Jason took another drag. "I picked the lock, my dear. It wasn't particularly difficult. Your home security is on par with your manners." He tipped his head back and exhaled the smoke in a long, thin stream toward the ceiling, then added, conversationally, "Was that Steed I heard a moment ago? I hope you didn't rebuff him on my account."

"I didn't rebuff anyone, and what I do with Steed is my own concern," Tara shot back.

"It was only a question," Jason said mildly. "But you probably made the right decision. He's a bit old for you, and lacks my innate charm."

Tara was definitely leaning toward the annoyance side of the equation by this point. She put the vase down and started for one of the dozen or so phones scattered around her flat. "I'm calling Nicola," she threatened. Nicola Harvester was Jason's editor, perhaps the only person on the planet capable of truly striking fear into his heart. But much to her ever-increasing annoyance, he seemed unmoved by the threat.

"Be my guest," he invited, the hand not holding the cigarette reinforcing the sentiment with one languid gesture. "I turned my last manuscript in two weeks ago, fully edited and four days ahead of schedule. Her affection for me at this particular moment is unsurpassed. I suspect she'd marry me out of sheer gratitude, if I were ever mad enough to want to ask her." He considered that particular scenario, and shuddered dramatically. "But don't let that stop you. She's been arguing with the printers all week, and could probably do with a friendly chat, if you're in the mood."

Tara returned the receiver of the phone, which she'd snatched up fully intending to follow through with her threat, to its cradle, mentally cursing her luck. Without a motive, Nicola was unlikely to be persuaded to take Jason off her hands. She watched Jason take another drag, and decided that it was up to her to reassert control of her own home.

"Well, if you're going to stay here," she began, stalking toward him, "this—" She plucked the cigarette from long fingers and stubbed it out in the heaping ashtray balanced on the side table. "—goes out."

"Oh, don't be tiresome. If you're worried about the integrity of your upholstery, you shouldn't scatter ashtrays about the place with wild abandon."

"They're for decoration!" Tara shot back, holding her nose as she deposited the ashtray's contents in a bin, then tied off the liner before the smoke could do any more damage. She'd be washing the smell out of the flat for a month, she knew that much.

"I'm not even going to dignify that load of nonsense with a response," Jason sniffed, turning away from watching her efforts when they proved less-than-scintillating. "I've been waiting here for an hour. What else did you expect me to do in the meantime?"

"You're a writer. Read a book," Tara suggested, hauling the bin bag through the living room and tossing it out the front door.

"Mmm, tried that. I went through all your shelves, and didn't find a single one of my novels available for my perusal among them. Most disappointing in the home of a relation." Every year, Jason gave everyone in the family signed first editions of his novels as Christmas presents. Tara had a whole box of them gathering the dust in the back of her closet. Jason always claimed that they'd be worth something some day, and she had a horrible feeling that he might be right. She only hope was that he wouldn't live to see the day. There'd be no living with him otherwise.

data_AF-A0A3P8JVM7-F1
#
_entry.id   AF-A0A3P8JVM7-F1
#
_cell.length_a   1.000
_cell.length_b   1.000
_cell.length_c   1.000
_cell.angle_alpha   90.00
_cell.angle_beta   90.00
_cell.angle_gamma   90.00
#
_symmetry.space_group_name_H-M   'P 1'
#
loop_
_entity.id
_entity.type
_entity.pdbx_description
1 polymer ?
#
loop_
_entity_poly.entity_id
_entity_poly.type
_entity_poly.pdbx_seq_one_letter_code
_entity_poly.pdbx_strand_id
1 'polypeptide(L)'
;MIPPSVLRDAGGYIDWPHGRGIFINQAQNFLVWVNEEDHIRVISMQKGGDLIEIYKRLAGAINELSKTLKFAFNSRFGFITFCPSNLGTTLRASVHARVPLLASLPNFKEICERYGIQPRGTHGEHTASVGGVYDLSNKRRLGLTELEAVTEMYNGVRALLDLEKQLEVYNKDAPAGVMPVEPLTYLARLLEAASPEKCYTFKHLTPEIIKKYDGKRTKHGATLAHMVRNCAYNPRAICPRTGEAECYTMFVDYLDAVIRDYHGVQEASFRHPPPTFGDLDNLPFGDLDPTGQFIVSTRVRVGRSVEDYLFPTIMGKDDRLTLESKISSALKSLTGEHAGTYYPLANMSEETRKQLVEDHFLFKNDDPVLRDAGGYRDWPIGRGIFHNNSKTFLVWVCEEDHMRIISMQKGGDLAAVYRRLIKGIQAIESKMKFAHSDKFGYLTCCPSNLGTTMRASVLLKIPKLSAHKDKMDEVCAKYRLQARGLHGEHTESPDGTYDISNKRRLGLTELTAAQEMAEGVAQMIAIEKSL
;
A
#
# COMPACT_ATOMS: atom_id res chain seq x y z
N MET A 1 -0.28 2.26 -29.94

"Well, if you're so unbearably bored, why did you bother to wait? You were so good at finding your way in, I'm sure you could have found your way out again. Why are you here?"

Jason shifted uncomfortably, moustache drooping visibly at the question. "Yes, I thought you might ask that."

"Most people would, following a home invasion," Tara pointed out, placing her hands on her hips. "It had better not be just because you were in the area and fancied a drink."

"Good heavens, no. If I wanted a drink, your flat would not be my first choice." Jason's nose wrinkled at the suggestion.

Tara's already-darkened visage deepened to 'stormy.' "For your sake, Uncle Jason, I hope you're about to tell me you've been shot, because if you haven't, I might be tempted to do the deed myself."

"Well, I'm more than happy to save you the bullet, because as it happens..." Jason shifted to the left so that the dark crimson stain on his shirt was no longer concealed by his chair.

Tara's eyes widened immediately, and she hurried over to inspect the damage. "Uncle Jason, you should have said something!"

"I rather thought I had," Jason countered, wincing visibly as Tara's fingers went exploring and found the wound. "I was hoping my favourite niece would be willing to do her very best Florence Nightengale impersonation, but as you were out frolicking with Steed, I was forced to fend for myself. Alas, your medicine cabinet is lacking in much the same way as your manners and home security. I could only find the most meagre of bandages. I expected better of one of Her Majesty's Secret Service."

"We weren't frolicking, we were working. Very hard. Which is why I haven't had time to restock." Tara lifted the hem of Jason's shirt, peeked under the bandage, and bit her lip when she saw the damage. "It looks like a flesh wound, but it's bleeding a lot."

"Oh, is it? Thank you for your professional opinion," Jason said sarcastically. "Can't you do something about it? Didn't your mother teach you how to do a basic stitch?"